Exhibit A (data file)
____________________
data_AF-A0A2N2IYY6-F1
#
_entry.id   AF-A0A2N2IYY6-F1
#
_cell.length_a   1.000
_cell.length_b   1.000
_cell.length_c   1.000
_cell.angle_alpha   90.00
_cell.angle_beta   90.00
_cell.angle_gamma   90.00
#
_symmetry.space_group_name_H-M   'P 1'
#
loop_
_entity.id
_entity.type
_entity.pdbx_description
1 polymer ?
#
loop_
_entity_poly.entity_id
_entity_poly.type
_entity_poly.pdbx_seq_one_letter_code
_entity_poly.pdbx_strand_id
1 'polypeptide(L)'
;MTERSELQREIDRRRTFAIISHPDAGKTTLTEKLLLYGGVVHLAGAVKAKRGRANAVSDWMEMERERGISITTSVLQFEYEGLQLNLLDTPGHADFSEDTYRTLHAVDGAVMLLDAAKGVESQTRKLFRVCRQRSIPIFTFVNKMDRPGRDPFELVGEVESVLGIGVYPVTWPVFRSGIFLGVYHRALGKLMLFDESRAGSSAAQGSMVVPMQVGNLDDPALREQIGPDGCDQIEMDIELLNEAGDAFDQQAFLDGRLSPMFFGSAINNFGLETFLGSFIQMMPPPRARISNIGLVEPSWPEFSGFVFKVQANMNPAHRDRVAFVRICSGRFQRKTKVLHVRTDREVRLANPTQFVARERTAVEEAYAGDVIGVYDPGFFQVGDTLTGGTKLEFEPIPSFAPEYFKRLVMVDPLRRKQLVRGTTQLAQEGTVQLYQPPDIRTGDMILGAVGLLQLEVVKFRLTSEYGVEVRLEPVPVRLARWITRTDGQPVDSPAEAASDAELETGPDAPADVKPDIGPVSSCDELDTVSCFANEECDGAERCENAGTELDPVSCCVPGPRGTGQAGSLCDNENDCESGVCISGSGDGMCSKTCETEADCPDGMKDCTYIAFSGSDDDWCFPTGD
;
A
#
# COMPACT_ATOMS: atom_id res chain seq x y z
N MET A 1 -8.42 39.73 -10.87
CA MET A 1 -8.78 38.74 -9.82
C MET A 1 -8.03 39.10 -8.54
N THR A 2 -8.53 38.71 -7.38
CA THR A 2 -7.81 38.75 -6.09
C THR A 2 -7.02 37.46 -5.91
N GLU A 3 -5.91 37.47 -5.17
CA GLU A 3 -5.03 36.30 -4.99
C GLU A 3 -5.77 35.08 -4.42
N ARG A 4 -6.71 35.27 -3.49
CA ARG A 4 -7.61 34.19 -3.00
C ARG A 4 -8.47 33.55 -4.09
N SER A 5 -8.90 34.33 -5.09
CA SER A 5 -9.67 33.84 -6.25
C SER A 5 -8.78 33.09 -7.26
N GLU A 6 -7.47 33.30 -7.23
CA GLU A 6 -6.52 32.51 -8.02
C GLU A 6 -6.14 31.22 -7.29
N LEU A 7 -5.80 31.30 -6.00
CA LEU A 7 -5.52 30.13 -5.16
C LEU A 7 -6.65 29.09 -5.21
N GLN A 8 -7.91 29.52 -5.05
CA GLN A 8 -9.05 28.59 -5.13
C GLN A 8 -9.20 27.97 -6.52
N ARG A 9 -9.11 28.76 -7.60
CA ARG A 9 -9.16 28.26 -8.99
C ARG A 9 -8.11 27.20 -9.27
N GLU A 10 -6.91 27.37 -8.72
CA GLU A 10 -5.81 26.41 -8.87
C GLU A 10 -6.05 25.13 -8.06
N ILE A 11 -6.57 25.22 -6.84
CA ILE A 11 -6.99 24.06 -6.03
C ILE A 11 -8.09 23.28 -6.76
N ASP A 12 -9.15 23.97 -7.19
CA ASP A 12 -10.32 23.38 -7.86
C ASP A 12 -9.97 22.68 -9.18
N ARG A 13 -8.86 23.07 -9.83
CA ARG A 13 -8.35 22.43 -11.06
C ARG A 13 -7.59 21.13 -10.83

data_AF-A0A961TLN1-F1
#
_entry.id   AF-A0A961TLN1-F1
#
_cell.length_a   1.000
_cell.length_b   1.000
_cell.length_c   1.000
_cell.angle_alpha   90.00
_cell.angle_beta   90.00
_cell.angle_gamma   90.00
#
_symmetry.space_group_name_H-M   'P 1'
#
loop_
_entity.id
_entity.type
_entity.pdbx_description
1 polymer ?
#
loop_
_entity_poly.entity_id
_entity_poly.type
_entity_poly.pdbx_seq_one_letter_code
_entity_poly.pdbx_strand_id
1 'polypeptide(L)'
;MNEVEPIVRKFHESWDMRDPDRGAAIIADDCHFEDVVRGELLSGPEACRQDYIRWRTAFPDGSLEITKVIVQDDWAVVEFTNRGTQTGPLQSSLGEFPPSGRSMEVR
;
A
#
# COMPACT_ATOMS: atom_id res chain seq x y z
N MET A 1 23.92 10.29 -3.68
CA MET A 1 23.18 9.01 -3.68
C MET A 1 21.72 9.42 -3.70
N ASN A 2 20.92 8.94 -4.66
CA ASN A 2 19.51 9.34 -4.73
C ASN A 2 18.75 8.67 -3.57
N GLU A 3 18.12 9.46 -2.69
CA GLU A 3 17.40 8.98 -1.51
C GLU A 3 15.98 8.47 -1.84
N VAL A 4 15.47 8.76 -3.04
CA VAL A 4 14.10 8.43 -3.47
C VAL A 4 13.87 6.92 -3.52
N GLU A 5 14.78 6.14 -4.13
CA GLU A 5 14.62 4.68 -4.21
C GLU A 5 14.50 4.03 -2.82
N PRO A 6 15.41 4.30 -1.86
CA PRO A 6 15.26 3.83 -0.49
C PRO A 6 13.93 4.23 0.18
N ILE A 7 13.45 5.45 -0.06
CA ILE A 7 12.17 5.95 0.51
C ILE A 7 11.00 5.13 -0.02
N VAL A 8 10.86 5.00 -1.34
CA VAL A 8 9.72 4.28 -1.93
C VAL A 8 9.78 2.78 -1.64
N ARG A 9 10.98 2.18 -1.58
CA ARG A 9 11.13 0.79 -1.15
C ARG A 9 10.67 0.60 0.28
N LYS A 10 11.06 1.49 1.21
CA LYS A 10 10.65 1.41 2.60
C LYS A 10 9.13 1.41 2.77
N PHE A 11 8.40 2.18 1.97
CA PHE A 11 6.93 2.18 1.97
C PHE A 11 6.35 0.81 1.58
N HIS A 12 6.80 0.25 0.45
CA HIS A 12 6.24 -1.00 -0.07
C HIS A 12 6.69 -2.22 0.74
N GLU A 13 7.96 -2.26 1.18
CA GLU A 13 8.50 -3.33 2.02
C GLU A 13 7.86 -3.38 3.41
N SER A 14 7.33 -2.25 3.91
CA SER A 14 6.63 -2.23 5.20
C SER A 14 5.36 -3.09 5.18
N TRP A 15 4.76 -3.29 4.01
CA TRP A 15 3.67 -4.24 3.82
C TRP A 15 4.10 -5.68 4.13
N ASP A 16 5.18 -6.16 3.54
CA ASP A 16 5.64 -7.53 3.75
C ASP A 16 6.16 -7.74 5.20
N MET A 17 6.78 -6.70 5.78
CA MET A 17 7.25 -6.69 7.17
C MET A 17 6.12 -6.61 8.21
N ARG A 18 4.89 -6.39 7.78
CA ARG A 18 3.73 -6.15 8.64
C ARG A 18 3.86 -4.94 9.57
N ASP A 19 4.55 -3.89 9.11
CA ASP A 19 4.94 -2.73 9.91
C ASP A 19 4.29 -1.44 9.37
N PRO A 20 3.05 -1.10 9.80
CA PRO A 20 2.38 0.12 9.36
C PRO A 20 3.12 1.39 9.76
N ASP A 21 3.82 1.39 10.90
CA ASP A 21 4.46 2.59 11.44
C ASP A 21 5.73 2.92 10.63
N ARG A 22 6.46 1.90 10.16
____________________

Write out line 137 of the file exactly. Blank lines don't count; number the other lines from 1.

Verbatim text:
CA GLU A 13 8.50 -3.33 2.02